I am just AMAZED at how stinking good of an investment we are invovled in, in Africa. For $4000 per year, we are providing education and a daily meal for 50 orphans. If you do the math, that's $80 A YEAR per student. That includes the teacher's salary and school supplies. And let me tell you, it's being done with EXCELLENCE! about stretching a dollar! Let's spend some money (for God's glory)!

As a matter of chat...

Where did you spend your last $50? Was it worth it? If there are Kingdom investment opportunities like this in the world, why are we so hasty to spend money on silly comforts? Are you generous towards the Lord's work? Do you deserve the money you have more than a poor African? Is money a god in your life? Where can you give just a little bit more? Do you believe that God blesses faithful giving?

Wednesday, February 23, 2011

Serving the Servants: The Africa Series

One of the best parts of a short-term missions trip is the opportunity to work with missionaries. I’m always so excited to spend time with people who are giving their lives, completely, to something that matters – in another cultural context. I find that it’s rare to find people who are willing to give their entire lives to things that matter to God, let alone those who would do it in Africa.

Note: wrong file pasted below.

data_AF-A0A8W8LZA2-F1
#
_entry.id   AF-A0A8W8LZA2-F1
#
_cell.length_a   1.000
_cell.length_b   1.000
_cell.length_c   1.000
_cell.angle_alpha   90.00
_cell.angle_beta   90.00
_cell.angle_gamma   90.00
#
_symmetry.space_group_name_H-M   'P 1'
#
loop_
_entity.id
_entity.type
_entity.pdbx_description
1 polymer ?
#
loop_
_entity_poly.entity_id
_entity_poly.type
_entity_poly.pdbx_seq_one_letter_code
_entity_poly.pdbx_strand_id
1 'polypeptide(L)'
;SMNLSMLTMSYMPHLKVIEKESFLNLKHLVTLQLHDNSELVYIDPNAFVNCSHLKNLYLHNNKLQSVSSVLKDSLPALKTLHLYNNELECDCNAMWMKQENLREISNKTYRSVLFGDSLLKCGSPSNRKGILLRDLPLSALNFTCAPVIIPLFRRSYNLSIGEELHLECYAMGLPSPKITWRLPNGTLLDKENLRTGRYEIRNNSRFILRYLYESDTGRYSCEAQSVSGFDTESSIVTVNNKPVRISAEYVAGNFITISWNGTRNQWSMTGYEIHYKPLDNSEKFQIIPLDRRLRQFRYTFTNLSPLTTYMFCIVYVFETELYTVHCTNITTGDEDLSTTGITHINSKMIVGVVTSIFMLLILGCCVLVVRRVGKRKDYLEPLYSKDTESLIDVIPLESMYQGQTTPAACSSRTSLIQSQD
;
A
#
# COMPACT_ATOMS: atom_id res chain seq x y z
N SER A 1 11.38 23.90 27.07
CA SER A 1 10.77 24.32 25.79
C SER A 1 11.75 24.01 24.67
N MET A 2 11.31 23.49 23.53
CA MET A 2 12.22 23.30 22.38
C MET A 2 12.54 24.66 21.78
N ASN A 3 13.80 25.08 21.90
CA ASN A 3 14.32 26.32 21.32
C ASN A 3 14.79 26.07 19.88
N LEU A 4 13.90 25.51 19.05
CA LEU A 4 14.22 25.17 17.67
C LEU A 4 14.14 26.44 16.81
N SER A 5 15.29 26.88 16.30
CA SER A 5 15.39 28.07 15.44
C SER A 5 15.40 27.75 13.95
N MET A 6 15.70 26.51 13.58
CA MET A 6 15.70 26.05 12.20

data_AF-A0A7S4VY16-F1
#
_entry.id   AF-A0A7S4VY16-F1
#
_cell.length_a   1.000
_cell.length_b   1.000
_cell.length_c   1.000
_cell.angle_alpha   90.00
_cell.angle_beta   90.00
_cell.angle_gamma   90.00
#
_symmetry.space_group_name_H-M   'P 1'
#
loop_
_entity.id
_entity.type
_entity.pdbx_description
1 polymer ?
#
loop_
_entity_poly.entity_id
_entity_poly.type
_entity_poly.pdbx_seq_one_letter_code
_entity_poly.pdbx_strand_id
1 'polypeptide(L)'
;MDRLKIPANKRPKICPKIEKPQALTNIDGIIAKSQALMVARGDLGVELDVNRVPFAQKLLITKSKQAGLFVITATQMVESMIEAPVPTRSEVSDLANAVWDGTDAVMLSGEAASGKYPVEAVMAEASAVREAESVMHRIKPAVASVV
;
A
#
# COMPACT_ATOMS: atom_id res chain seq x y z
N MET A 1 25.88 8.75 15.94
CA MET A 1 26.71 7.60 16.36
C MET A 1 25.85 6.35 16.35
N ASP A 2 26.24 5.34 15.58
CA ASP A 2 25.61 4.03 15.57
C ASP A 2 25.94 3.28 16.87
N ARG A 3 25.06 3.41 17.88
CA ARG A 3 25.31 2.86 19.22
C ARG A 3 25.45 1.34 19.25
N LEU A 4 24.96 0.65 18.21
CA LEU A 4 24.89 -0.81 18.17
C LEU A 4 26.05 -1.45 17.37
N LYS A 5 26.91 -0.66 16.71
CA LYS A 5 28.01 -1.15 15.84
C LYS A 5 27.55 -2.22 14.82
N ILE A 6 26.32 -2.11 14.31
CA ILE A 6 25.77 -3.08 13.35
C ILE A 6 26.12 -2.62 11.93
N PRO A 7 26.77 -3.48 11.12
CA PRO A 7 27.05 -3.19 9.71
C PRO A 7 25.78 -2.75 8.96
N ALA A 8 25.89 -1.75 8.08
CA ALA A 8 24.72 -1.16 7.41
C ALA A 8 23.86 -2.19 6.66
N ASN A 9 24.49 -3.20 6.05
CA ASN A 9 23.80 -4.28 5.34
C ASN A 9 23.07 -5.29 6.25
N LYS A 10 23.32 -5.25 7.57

Missionaries must get lonely. Relationships are important to everyone, and the foundations of relationships in another culture get pretty tricky – different cultural norms, different expectations, different ways of communicating, etc.

I’d also imagine that “church” is difficult for missionaries. The things that I love so much about my church require speaking the same native language, and sharing some of the same expectations, culturally. Not that those things are necessary to do church, but I’d imagine missing some of those things if I lived in another country.

As a matter of chat…

Do you know any missionaries? How are you supporting them? Do they know that you appreciate their sacrifices for the gospel? How are you making sure they are successful in the call that God has place on their lives?

Tuesday, February 22, 2011

In the Name of What?: The Africa Series